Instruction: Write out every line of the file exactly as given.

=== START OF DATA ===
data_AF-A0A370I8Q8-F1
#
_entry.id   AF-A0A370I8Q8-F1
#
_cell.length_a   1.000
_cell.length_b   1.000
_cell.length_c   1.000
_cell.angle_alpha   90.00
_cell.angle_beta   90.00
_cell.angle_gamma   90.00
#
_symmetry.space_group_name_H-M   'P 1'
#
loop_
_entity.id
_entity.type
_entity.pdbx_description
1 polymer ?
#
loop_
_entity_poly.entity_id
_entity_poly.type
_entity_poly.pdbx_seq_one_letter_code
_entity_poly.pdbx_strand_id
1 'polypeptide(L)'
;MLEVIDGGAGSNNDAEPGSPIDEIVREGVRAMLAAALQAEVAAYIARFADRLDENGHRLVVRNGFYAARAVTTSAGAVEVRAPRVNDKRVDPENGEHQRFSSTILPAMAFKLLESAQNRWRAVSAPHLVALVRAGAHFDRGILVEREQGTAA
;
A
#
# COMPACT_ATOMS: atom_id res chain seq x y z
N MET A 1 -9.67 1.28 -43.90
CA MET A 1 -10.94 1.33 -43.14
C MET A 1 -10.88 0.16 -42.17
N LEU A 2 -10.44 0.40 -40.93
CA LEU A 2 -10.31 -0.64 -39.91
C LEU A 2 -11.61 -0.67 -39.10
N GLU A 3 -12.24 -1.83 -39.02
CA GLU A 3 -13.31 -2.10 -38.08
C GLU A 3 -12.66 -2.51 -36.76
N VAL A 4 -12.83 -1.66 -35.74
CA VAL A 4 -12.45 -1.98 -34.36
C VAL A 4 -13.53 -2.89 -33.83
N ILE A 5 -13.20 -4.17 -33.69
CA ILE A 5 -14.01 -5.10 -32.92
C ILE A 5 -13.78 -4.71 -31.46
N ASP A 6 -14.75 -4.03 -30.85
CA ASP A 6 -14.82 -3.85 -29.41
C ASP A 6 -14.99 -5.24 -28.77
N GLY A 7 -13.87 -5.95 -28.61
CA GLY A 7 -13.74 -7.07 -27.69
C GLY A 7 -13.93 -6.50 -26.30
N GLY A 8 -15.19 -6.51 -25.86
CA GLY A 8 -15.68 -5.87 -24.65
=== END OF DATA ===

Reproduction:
data_AF-A0A370I8Q8-F1
#
_entry.id   AF-A0A370I8Q8-F1
#
_cell.length_a   1.000
_cell.length_b   1.000
_cell.length_c   1.000
_cell.angle_alpha   90.00
_cell.angle_beta   90.00
_cell.angle_gamma   90.00
#
_symmetry.space_group_name_H-M   'P 1'
#
loop_
_entity.id
_entity.type
_entity.pdbx_description
1 polymer ?
#
loop_
_entity_poly.entity_id
_entity_poly.type
_entity_poly.pdbx_seq_one_letter_code
_entity_poly.pdbx_strand_id
1 'polypeptide(L)'
;MLEVIDGGAGSNNDAEPGSPIDEIVREGVRAMLAAALQAEVAAYIARFADRLDENGHRLVVRNGFYAARAVTTSAGAVEVRAPRVNDKRVDPENGEHQRFSSTILPAMAFKLLESAQNRWRAVSAPHLVALVRAGAHFDRGILVEREQGTAA
;
A
#
# COMPACT_ATOMS: atom_id res chain seq x y z
N MET A 1 -9.67 1.28 -43.90
CA MET A 1 -10.94 1.33 -43.14
C MET A 1 -10.88 0.16 -42.17
N LEU A 2 -10.44 0.40 -40.93
CA LEU A 2 -10.31 -0.64 -39.91
C LEU A 2 -11.61 -0.67 -39.10
N GLU A 3 -12.24 -1.83 -39.02
CA GLU A 3 -13.31 -2.10 -38.08
C GLU A 3 -12.66 -2.51 -36.76
N VAL A 4 -12.83 -1.66 -35.74
CA VAL A 4 -12.45 -1.98 -34.36
C VAL A 4 -13.53 -2.89 -33.83
N ILE A 5 -13.20 -4.17 -33.69
CA ILE A 5 -14.01 -5.10 -32.92
C ILE A 5 -13.78 -4.71 -31.46
N ASP A 6 -14.75 -4.03 -30.85
CA ASP A 6 -14.82 -3.85 -29.41
C ASP A 6 -14.99 -5.24 -28.77
N GLY A 7 -13.87 -5.95 -28.61
CA GLY A 7 -13.74 -7.07 -27.69
C GLY A 7 -13.93 -6.50 -26.30
N GLY A 8 -15.19 -6.51 -25.86
CA GLY A 8 -15.68 -5.87 -24.65